OUT OF ONESELF
. . . thought, at the level of its existence, in its very dawning, is in itself an action – a perilous act.
Michel Foucault, The Order of Things
Who has not experienced at least once that irksome feeling of indeterminate disquiet that silently swells and proliferates, radiates and returns in waves: a knot in the pit of your stomach, your throat constricted, making it impossible to breathe, palpitations, a tightening around the ribcage or the painful cramping of muscles? In his early writing, Antonin Artaud transfigures the symptom: “an anguish that comes in flashes, that is punctuated by abysses as dense and serried as insects, like a kind of tough vermin whose every motion is arrested, an anguish in which the mind strangles and cuts itself off—kills itself.” He was to add a little later on: “One must have known this suction-like rise of anguish whose waves cover you and fill you to bursting as if driven by some intolerable bellows. An anguish that approaches and withdraws, each time more vast, each time heavier and more swollen. [. . .] It is a kind of suction cup placed on the soul . . . .”
Something vile keeps trying to force its way in. One feels an uncertain foreboding, an ill-defined threat. So the entire body contracts as though it were hastily trying to seal off the exits, batten down the hatches. Some, when struck by anxiety, curl into a ball, close themselves off; petrified, they wait for the attack to subside . . . . The next stage of severity is a full-blown anxiety episode, panicked fear, the emotional ictus of which psychiatrists speak. Mostly, however, nothing of the sort occurs: our anxiety is an easy-going one.
The nausea that Jean-Paul Sartre describes is another form of the same disquiet, an unnerving sensation, like a hole opening up within. It is a tear through which I escape myself and stream out: a hemorrhage of being. I seep and flow outside, while the outside threatens to surge in, to engulf me, in the backwash . . . . It is a nauseous ebb and flow that exposes the shortcomings of our corporeal and psychic envelopes. In anguish, being returns to a porous state, is disarmed—it is a hideous, infantine distress.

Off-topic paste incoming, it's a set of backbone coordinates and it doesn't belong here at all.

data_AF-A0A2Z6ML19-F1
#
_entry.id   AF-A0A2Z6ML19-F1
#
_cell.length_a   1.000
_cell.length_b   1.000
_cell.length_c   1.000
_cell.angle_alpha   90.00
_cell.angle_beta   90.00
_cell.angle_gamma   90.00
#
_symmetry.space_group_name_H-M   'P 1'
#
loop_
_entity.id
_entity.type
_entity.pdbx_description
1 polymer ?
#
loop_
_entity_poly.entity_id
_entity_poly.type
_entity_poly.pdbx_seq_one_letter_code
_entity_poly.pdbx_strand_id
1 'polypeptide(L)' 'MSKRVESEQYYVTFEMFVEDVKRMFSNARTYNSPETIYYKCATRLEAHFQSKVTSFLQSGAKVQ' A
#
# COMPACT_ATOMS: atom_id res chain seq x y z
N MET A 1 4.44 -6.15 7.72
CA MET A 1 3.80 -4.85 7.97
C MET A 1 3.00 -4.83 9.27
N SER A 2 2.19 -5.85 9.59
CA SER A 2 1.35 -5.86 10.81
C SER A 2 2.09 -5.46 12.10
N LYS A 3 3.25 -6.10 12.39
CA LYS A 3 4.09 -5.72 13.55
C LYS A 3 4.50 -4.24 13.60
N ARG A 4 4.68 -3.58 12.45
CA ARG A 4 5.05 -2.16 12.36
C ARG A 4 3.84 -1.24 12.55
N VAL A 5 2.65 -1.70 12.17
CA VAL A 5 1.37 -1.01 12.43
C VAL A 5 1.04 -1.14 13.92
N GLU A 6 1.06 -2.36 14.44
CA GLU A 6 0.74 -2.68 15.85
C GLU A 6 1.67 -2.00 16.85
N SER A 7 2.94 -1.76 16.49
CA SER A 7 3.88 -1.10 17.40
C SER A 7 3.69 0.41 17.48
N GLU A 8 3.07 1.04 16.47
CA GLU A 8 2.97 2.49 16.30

At the heart of modern writing, anguish designates that which occurs in closest proximity to thought. It is the narrow gate (angustia) through which one must continually pass, barred by powerlessness [impuissance] and disgust; it is the price to be paid, the pound of flesh, for the spark of an idea—what we still call, and by no coincidence, “inspiration.” Anguish is the obligatory gateway into writing: it is the impower [impouvoir] of which Artaud spoke, and later Maurice Blanchot and Jacques Derrida; for Samuel Beckett and Michel Foucault, it is the dizzying prospect of “how to begin”; for Jacques Lacan, the “abject experience” into which analytical writing delves; it is Georges Bataille’s “I feel rotten”; and Emmanuel Levinas’s shapeless swarming of being. All experience it differently, and yet there is a profound commonality to all these experiences in that they all rattle the assured bases of what we believe to be our own thought, our own identity. Thought is a trait of anguish. Martin Heidegger asked, “What is That which calls on us to think?” Here, the question is rather, “How does thought emerge in such close proximity to the seemingly destructive and dehumanizing experience of anguish?” How can a nauseous anguish, that yawning gap to which Bataille eludes in Inner Experience, lead to inspiration (the voice of the Other in me; the “spirited-away” speech [parole soufflée] that Derrida heard in Artaud’s work) and thereby transform the speaker or author so that he or she is no longer merely him- or herself (one person thinking and writing)? Writing is, then, this profound experience of depersonalization undertaken by the writers and thinkers of the twentieth century.